3. In the first instance decision in Annuity Re v Kingboard, Kawaley CJ endorsed the English courts' view that mere errors of judgment by management or poor business management without distinct elements of bad faith or self-interest cannot amount to oppression.14
  4. In A Thomas v Fort Knox Bermuda Ltd, Hellman J confirmed that there is "nothing prejudicial" about conduct which results in a certain member holding a majority, where the relevant action was taken "within the scope of [his] authority".15
  5. In the Court of Appeal's decision in Kingboard v Annuity Re, the Court of Appeal confirmed that companies were under no duty to negotiate with minority shareholders on corporate matters which affected the minority more than the majority, and that such failure to negotiate does not amount to oppression.16

The English jurisprudence provides examples of conduct which is "unfairly prejudicial" (under the relevant English statute) and which in certain cases could amount to oppressive conduct as a matter of Bermuda law, including exclusion from management,17 the forced sale of shares at an artificially depressed price,18 and serious mismanagement at board level.19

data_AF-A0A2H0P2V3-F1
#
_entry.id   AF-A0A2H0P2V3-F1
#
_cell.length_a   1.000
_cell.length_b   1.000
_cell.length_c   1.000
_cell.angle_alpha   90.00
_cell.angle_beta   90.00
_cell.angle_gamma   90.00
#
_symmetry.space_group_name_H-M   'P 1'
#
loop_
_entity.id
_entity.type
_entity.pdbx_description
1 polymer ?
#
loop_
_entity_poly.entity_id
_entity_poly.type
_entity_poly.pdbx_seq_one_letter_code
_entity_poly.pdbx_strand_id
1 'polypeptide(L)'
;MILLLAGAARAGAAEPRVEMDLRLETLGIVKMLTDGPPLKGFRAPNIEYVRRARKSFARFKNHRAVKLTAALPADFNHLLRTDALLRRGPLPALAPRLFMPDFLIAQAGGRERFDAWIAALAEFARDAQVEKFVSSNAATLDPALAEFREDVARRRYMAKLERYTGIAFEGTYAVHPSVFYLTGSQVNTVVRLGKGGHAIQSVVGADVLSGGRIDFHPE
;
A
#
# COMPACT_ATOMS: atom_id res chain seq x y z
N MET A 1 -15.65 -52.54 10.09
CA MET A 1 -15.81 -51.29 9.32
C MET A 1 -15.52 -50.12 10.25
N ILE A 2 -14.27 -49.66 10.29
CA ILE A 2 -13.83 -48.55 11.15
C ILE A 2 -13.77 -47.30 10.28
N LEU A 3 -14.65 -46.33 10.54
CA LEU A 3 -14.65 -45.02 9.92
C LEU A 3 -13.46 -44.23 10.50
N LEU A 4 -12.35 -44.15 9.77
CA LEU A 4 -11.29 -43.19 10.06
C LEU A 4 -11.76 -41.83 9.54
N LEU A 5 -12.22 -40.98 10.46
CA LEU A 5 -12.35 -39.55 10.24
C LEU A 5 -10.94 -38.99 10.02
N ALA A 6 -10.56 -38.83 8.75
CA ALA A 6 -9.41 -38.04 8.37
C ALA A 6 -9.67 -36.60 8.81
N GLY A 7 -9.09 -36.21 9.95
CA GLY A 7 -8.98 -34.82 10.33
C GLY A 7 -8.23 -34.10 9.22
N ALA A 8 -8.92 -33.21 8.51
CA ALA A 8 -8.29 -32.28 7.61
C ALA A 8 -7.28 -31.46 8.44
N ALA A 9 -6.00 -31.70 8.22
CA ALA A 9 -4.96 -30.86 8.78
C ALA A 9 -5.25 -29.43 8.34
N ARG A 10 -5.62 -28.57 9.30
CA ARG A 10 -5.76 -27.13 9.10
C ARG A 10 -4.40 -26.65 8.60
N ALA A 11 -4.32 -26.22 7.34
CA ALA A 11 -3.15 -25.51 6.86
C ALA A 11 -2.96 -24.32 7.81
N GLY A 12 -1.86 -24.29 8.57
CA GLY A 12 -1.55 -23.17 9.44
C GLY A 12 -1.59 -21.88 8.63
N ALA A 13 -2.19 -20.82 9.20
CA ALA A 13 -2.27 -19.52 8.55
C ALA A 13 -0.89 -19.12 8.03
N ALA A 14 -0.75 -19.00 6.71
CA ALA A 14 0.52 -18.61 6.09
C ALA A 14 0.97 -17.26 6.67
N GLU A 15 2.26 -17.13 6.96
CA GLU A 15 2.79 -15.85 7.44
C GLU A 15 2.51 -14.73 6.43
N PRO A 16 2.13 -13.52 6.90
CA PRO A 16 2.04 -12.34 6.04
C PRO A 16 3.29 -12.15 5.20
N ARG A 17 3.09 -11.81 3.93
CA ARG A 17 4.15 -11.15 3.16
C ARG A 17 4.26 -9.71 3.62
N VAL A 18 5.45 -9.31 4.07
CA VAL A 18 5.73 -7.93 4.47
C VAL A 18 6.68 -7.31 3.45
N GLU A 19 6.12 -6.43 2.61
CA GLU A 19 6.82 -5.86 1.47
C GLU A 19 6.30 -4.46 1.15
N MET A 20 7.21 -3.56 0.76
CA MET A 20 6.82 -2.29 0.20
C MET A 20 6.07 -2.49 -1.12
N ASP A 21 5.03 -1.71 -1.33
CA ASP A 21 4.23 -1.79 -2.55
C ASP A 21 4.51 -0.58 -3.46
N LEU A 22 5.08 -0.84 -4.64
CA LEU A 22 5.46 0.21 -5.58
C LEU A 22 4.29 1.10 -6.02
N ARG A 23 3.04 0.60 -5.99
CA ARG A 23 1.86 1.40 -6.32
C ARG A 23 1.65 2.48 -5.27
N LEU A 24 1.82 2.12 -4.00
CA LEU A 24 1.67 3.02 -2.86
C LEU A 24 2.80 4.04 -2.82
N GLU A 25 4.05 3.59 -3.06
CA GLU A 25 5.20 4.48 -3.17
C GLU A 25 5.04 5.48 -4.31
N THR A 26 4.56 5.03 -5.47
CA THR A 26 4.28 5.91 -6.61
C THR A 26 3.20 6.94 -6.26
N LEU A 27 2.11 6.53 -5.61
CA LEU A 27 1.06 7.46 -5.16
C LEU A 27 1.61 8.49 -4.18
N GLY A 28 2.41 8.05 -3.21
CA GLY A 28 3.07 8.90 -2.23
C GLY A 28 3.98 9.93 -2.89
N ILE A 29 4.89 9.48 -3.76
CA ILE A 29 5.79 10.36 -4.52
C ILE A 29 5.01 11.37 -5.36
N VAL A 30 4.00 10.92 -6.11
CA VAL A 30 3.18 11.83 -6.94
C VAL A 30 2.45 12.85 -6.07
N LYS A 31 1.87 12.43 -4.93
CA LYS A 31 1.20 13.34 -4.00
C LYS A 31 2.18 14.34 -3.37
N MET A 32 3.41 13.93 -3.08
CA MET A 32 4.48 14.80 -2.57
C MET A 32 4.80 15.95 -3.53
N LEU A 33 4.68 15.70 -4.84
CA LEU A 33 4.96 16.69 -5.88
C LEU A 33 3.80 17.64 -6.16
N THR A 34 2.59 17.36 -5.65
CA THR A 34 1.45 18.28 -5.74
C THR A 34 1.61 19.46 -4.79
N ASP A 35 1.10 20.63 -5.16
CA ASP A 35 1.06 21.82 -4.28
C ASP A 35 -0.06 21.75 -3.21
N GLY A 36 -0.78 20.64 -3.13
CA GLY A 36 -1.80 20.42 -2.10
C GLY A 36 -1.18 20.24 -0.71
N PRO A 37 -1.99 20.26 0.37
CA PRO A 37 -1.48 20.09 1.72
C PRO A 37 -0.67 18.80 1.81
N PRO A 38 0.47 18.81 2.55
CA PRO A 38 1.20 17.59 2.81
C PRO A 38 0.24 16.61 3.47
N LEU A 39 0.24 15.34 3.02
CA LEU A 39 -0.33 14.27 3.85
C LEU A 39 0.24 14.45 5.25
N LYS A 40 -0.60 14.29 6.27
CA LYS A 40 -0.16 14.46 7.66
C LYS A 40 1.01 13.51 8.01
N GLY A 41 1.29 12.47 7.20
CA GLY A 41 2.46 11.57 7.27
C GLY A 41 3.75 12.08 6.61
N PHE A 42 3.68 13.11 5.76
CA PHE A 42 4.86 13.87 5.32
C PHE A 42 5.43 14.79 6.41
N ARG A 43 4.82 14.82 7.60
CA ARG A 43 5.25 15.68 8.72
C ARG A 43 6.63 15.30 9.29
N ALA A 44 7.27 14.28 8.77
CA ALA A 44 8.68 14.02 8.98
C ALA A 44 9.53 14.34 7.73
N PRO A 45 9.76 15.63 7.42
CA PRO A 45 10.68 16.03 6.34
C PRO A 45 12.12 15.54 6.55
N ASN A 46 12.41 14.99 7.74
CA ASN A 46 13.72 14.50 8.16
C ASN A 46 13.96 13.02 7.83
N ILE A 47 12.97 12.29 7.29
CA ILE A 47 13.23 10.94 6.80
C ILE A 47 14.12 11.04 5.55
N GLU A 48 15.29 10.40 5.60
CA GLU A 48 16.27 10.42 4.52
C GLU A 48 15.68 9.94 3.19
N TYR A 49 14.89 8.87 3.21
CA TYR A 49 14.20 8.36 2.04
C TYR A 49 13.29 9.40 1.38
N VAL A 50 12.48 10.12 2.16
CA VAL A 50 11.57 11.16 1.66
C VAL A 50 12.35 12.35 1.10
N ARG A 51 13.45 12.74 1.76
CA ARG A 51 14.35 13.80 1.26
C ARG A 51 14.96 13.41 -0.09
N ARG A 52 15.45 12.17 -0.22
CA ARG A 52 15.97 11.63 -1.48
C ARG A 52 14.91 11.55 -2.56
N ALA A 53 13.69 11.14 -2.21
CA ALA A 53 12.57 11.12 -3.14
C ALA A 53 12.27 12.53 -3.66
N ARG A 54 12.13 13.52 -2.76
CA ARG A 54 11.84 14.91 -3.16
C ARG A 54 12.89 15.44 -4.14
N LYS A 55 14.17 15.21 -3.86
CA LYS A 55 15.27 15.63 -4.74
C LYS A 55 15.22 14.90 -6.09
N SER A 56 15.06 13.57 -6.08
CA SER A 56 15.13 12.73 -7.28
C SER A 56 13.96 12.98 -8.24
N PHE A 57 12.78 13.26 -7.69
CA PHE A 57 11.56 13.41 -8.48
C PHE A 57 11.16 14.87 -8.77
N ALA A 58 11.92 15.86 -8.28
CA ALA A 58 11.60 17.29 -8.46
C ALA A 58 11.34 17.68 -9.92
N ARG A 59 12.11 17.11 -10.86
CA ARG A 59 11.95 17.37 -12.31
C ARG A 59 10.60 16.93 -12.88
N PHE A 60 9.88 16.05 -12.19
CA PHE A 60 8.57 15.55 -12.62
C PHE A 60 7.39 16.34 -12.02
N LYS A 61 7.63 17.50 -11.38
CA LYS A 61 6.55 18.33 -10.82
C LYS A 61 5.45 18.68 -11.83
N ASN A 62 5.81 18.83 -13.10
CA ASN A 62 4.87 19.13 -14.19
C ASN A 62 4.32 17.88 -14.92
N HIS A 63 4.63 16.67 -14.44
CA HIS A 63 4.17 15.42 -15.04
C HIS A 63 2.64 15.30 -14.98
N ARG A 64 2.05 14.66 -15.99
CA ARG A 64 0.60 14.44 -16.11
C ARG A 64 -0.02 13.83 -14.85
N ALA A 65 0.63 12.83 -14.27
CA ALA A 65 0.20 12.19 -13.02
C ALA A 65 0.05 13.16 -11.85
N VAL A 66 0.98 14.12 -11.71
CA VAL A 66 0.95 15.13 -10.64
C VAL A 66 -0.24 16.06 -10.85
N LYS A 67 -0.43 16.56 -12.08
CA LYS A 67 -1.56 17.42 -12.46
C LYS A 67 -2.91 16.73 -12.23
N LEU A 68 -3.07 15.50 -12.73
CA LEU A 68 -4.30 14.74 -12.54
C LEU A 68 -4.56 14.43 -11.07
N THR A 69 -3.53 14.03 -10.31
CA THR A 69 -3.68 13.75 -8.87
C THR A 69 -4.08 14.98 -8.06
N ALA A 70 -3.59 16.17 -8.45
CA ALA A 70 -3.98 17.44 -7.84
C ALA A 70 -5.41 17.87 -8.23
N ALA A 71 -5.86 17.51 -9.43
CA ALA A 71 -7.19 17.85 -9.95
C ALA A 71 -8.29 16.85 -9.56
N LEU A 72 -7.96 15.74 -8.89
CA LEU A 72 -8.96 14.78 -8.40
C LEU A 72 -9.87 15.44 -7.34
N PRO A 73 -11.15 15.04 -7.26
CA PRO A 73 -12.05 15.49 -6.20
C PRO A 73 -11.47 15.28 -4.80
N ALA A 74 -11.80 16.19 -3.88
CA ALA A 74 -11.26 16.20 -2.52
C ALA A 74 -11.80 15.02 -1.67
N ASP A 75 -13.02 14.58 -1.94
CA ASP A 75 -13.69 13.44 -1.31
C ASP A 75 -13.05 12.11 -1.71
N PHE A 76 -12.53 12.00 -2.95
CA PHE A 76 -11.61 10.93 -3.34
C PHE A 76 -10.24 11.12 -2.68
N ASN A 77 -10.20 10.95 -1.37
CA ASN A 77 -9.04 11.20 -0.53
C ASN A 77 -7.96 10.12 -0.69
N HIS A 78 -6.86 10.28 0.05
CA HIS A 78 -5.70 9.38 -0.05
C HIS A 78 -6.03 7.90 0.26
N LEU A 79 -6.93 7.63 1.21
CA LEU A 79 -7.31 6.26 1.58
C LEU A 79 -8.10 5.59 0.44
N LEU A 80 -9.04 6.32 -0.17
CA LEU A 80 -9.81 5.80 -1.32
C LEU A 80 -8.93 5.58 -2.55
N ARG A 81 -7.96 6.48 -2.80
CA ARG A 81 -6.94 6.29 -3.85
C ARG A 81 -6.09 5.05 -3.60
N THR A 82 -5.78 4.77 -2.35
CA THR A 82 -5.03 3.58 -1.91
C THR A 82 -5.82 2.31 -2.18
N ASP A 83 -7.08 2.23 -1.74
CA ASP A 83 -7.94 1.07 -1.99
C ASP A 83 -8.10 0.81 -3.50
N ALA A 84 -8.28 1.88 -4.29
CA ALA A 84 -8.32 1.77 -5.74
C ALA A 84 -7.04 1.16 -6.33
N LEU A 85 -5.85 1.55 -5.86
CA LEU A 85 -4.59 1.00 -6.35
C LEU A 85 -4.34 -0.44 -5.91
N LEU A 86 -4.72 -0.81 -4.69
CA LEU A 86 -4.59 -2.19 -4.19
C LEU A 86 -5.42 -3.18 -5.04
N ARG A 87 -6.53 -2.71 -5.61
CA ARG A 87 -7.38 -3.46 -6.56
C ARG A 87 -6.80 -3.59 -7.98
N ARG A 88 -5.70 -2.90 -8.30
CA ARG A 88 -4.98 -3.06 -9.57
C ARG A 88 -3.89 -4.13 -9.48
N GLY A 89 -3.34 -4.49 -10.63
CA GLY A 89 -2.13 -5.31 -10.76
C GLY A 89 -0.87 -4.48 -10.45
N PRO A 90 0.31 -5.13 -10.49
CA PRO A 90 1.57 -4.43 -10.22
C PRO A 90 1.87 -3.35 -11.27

Minority shareholders have very limited ability to control the direction of the companies in which they hold an interest or to otherwise fetter the near-unlimited power possessed by the majority shareholders, who oftentimes also control or otherwise dictate the decision of the board. But despite this vulnerability, minority shareholders are not without options. As an alternative to the value-destructive just and equitable winding-up regime, the minority oppression remedy provides minority shareholders the opportunity to exit for value from shareholding positions which have become untenable due to the oppressive conduct of the majority.


1 (1843) 2 Hare 461.

2 Succeeded by section 459 of the Companies Act 2006 (UK).

3 Annuity & Life Re v Kingboard et al [2015] SC (Bda) 76 Com at paragraphs 18-25.

4 Latimer Holdings Ltd and Powell v Sea Holdings Ltd [2004] NZCA 226 at [57] per Hammond J.

5 [2010] Bda LR 32 SC at [64].

6 Section 111(1) of the Act.

7 Section 111(1) of the Act.

8 In re Clearsprings Management Ltd [2003] EHWC 2517 (Ch) at [25].

9 [1958] UKHL JO724-1 at [12].

10 [1965] 1 WLR 1051.

11 [1999] 1 WLR 1092 at 1098D to 1099 F, cited with approval in Thomas and Swan v Fort Knox Bermuda Ltd & Ors [2014] Bda LR 14 per Hellman J at page 9.

12 [2014] Bda LR 81 at [36].

13 [2012] Bda LR 9 at [28, [33] and [35].

14 Annuity Re v Kingboard [2015] SC (Bda) 76 Comm.

15 No. 10, above, at paragraph 69.

16 Kingboard v Annuity Re [2017] CA (BDA) 3 Civ.

17 O'Neill v Phillips [1999] 1 WLR 1092.

18 Re a Company (No 8699 of 1985) [1987] BCLC 382.

19 Re Elgindata Ltd [1991] BCLC 959.

The content of this article is intended to provide a general guide to the subject matter. Specialist advice should be sought about your specific circumstances.